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Behav Genet. 1994 May;24(3):239-58.

The power of the classical twin study to resolve variation in threshold traits.

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  • 1Department of Psychiatry, Medical College of Virginia, Richmond 23298-0710.


We explore the power of the twin study to resolve sources of familial resemblance when the data are measured at the binary or ordinal level. Four components of variance were examined: additive genetic, nonadditive genetic, and common and specific environment. Curves are presented to compare the power of the continuous case with those of threshold models corresponding to different prevalences in the population: 1, 5, 10, 25, and 50%. Approximately three times the sample size is needed for equivalent power to the continuous case when the threshold is at the optimal 50%, and this ratio increases to about 10 times when 10% are above threshold. Some power may be recovered by subdividing those above threshold to form three or more ordered classes, but power is determined largely by the lowest threshold. Non-random ascertainment of twins (i) through affected twins and examining their cotwins or (ii) through ascertainment of all pairs in which at least one twin is affected increases power. In most cases, strategy i is more efficient than strategy ii. Though powerful for the rarer disorders, these methods suffer the disadvantage that they rely on prior knowledge of the population prevalence. Furthermore, sampling from hospital cases may introduce biases, reducing their value. A useful approach may be to assess the population with a screening instrument; the power calculations indicate that sampling all concordant and half of the discordant pairs would be efficient, as along as the cost of screening is not too high.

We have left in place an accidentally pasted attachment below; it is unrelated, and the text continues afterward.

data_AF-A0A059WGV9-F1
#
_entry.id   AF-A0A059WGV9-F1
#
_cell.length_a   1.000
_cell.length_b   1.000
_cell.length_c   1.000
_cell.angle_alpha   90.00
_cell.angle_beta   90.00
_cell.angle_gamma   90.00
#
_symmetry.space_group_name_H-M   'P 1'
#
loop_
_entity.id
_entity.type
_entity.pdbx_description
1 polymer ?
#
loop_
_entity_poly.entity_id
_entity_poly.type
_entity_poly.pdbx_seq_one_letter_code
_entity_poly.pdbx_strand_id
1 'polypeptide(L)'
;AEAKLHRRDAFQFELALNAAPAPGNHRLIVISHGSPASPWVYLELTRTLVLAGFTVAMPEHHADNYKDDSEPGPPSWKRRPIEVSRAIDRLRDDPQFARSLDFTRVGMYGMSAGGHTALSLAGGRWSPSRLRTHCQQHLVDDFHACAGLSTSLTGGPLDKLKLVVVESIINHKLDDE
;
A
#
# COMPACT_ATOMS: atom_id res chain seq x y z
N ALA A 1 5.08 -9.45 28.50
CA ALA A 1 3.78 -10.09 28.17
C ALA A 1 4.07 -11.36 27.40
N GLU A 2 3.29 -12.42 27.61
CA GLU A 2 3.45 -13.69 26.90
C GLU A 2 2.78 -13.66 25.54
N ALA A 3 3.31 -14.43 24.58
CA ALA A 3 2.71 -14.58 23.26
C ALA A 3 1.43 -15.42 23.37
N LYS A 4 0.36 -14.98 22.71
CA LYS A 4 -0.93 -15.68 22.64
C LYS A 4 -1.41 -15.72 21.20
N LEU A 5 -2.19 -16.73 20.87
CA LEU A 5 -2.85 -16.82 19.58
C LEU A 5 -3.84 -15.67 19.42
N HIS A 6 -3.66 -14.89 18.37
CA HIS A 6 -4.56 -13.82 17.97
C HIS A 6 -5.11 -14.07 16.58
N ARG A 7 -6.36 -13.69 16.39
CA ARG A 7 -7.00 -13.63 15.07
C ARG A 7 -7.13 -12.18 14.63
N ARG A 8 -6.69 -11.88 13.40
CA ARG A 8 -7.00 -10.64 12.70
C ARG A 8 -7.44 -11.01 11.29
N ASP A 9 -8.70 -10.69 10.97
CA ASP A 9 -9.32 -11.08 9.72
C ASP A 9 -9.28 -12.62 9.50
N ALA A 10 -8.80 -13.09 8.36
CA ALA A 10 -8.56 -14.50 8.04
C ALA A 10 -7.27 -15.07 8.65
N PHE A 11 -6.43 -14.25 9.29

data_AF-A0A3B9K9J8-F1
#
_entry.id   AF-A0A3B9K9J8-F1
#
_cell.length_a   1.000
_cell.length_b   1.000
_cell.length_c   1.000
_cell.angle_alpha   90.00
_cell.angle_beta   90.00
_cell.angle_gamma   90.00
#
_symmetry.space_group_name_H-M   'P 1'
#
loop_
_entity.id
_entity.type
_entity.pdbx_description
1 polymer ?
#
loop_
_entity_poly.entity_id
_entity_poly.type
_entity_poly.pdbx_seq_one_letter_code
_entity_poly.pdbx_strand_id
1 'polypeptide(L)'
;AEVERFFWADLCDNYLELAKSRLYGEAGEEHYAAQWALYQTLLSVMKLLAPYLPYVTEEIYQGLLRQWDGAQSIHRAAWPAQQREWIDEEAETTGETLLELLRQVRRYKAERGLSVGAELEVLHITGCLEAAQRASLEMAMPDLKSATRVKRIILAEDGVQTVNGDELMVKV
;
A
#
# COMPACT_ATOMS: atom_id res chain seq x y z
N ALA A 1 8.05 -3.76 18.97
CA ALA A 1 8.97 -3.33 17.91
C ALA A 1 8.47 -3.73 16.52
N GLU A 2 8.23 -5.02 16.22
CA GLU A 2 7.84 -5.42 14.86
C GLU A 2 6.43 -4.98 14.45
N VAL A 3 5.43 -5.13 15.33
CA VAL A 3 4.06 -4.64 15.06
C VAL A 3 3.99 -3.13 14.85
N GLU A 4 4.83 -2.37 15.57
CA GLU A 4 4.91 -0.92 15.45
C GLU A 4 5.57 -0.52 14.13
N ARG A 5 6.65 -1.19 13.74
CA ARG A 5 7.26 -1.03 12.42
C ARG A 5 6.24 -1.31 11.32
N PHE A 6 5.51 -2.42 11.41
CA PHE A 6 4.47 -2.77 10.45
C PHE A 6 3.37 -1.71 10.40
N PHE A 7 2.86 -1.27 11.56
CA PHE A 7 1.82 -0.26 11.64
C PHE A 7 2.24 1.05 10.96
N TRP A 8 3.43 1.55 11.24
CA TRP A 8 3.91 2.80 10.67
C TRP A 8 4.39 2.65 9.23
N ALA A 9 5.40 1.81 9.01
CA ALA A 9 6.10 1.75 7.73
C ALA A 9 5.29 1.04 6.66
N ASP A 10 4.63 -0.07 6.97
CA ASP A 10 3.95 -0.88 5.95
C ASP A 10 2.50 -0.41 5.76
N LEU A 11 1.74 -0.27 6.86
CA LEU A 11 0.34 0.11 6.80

[PubMed - indexed for MEDLINE]
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